Tuesday, February 20, 2018

Performance Comparison of Existence Test for a Large Set using Big One Line If vs Else Ifs vs Dictionary Vs Fall Through Case Statement

Below is C# (Sharp) code compares performance for element existence in a large non-sequential set (only 312 elements) using in variety of typical code structures which are;

  1. one line IF (with  ORs) 
  2. multi-line Else Ifs 
  3. Fall Through Case Statement 
  4. Dictionary with Initialization Time
  5. Dictionary Lookup on Key, no init time
  6. Dictionary Lookup on Value, no init time
The live C# Code example below check's if a character is a vowel from a set of 312 Unicode vowels extending to Latin-Supplement Unicode code point.

Note: Under the hood C# compiler creates a dictionary for 6 or more case statements
https://youtu.be/1lnwO63LhRI?t=871

The results are rather surprising!

Friday, February 16, 2018

C# .NET - How to get exact Command (CMD) Line Arguments as Entered by User - Verbatim Echo

So many wrong ways to do this, and they are litter all over Stack Overflow. 

Many solutions follow Microsoft's documentation of iterating over the arguments array and output it as an interpreted string format. This is not necessarily the format that was inputted by the user! 

This is how to get the exact command line arguments as entered by the user.


string AppCMDName = Environment.GetCommandLineArgs()[0]; 
//gets fully qualified application name with or without .exe specified  
//but does not get surrounding double quotes used to qualify the
//cmd line path that may contain spaces. Single quotes not allowed in a path.
string commandLine = Environment.CommandLine.Replace(AppCMDName, "").TrimEnd();
if (commandLine.StartsWith("\"\""))
    commandLine = commandLine.Substring(2, commandLine.Length - 2).TrimStart(); 
    //remove surrounding quotes if used to specify cmd


Typical iteration over args array example from https://docs.microsoft.com/en-us/dotnet/csharp/programming-guide/main-and-command-args/how-to-display-command-line-arguments


class CommandLine
{ 
    static void Main(string[] args)
    {
        // The Length property provides the number of array elements
        System.Console.WriteLine("parameter count = {0}", args.Length);

        for (int i = 0; i < args.Length; i++)
        {
            System.Console.WriteLine("Arg[{0}] = [{1}]", i, args[i]);
        }
    }
}
/* Output (assumes 3 cmd line args): 
    parameter count = 3
    Arg[0] = [a]
    Arg[1] = [b]
    Arg[2] = [c]
*/

Thursday, February 15, 2018

C# .NET System.IO.Path.GetExtension vs StringExtension LastIndexOf Performance Comparison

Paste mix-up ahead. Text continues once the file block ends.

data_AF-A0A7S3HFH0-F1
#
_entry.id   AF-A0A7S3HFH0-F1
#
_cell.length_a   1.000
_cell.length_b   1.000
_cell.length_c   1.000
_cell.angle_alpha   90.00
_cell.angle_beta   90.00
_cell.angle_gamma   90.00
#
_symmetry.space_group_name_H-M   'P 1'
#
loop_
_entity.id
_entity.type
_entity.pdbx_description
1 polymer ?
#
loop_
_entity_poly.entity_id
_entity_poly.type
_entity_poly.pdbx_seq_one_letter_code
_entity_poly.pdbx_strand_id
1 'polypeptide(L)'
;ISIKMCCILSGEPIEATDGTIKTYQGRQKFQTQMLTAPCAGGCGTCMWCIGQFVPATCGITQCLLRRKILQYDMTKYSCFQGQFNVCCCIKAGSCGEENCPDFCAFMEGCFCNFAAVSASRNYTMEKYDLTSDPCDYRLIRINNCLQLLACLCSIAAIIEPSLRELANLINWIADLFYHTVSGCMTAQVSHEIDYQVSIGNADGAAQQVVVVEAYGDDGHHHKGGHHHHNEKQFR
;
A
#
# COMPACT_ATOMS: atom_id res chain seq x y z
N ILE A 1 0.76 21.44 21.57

Custom string extensions method calls are not as quick as you think. It is much slower in comparison to Path.GetExtension method.

I checked these numbers in a VS Project, and seems string extension call is 10 larger when compiled online than compiling the project on my desktop using .NET Framework 4.0 Client Profile? Download vs project solution here, and share your results (don't forget to state .NET  Framework and version you are using).




When the above JIT compiler disappears, this will remain.


 1
 2
 3
 4
 5
 6
 7
 8
 9
10
11
12
13
14
15
16
17
18
19
20
21
22
23
24
25
26
27
28
29
30
31
32
33
34
35
36
37
38
39
40
41
42
43
44
45
46
47
48
49
50
51
52
53
54
55
56
57
58
59
60
61
62
63
64
65
66
67
68
69
70
using System;
using System.IO; 
using System.Diagnostics; 

public static class StringExtension
{    
 public static string GetFileExtString(this string file) {
  
  int fileExtPos = file.LastIndexOf('.');
  if (fileExtPos >  file.LastIndexOf('\\'))
   return file.Substring(fileExtPos, file.Length - fileExtPos);
  else
   return "";
 }
}
     
public class Program
{
 
 
 public static string GetFileExtStringRef(ref string file) {
  
  //string ext="";
  int fileExtPos = file.LastIndexOf('.');
  if (fileExtPos >  file.LastIndexOf('\\'))
   return file.Substring(fileExtPos, file.Length - fileExtPos);
  else
   return "";
  
  
 }
 
 public static void Main()
 {
  
  Stopwatch s = new Stopwatch();
  s.Start(); 
  
   //string file = @"c:\foo\bar.cat\cheese.exe.e.x";
      string file = "cheese.log.txt";
   string ext = ""; 
   int fileExtPos = file.LastIndexOf('.');
   int fileLastBackSlash = file.LastIndexOf('\\'); 
   if (fileExtPos > fileLastBackSlash)
    ext = file.Substring(fileExtPos, file.Length - fileExtPos);
   
  s.Stop();
  
  Console.WriteLine(ext+ " in ticks "+ s.ElapsedTicks); s.Reset();
  
  s.Start();   
   ext = Path.GetExtension(file); 
  s.Stop(); 
  
  Console.WriteLine(ext+ " in ticks "+ s.ElapsedTicks); s.Reset();
  
  s.Start();   
   ext = file.GetFileExtString();
  s.Stop(); 
  
  Console.WriteLine(ext+ " in ticks "+ s.ElapsedTicks); s.Reset();
    
  s.Start();   
   ext = GetFileExtStringRef(ref file);
  s.Stop(); 
  
  Console.WriteLine(ext+ " in ticks "+ s.ElapsedTicks); s.Reset();
  
 }
}